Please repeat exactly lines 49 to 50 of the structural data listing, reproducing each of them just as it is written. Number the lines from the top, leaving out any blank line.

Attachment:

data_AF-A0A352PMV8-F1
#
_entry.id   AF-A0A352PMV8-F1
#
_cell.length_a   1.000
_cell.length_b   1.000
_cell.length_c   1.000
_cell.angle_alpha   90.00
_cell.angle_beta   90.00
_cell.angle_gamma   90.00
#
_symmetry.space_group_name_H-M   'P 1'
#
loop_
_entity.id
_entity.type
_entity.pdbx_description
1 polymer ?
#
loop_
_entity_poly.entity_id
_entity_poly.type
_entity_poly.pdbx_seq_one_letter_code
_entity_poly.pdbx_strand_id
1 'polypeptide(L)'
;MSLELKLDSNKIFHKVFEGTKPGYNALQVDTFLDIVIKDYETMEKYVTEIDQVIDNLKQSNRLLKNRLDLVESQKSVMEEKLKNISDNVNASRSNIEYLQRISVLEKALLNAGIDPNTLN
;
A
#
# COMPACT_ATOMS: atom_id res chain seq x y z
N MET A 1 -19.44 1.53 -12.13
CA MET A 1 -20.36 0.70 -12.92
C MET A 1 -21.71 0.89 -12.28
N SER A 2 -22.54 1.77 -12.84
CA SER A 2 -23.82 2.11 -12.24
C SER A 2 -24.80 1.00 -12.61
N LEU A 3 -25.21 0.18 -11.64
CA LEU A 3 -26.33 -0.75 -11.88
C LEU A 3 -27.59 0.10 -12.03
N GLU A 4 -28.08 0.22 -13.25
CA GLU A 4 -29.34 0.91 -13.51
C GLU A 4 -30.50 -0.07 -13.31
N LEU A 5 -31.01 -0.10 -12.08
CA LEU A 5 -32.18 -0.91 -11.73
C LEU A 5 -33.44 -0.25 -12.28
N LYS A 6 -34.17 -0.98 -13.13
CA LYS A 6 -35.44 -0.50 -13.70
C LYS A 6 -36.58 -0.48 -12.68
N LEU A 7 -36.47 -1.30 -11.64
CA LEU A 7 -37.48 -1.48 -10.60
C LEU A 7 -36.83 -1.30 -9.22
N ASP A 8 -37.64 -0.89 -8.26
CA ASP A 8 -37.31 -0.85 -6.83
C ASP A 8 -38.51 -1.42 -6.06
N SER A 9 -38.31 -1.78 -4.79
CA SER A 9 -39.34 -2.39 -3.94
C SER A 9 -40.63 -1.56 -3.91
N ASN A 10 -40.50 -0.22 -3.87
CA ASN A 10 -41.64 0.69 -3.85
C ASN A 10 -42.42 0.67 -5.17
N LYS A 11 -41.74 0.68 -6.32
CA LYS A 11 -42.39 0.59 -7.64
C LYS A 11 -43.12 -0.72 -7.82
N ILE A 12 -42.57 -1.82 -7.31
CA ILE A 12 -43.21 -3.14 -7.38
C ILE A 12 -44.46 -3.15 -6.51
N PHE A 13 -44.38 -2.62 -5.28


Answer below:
N LEU A 7 -36.47 -1.30 -11.64
CA LEU A 7 -37.48 -1.48 -10.60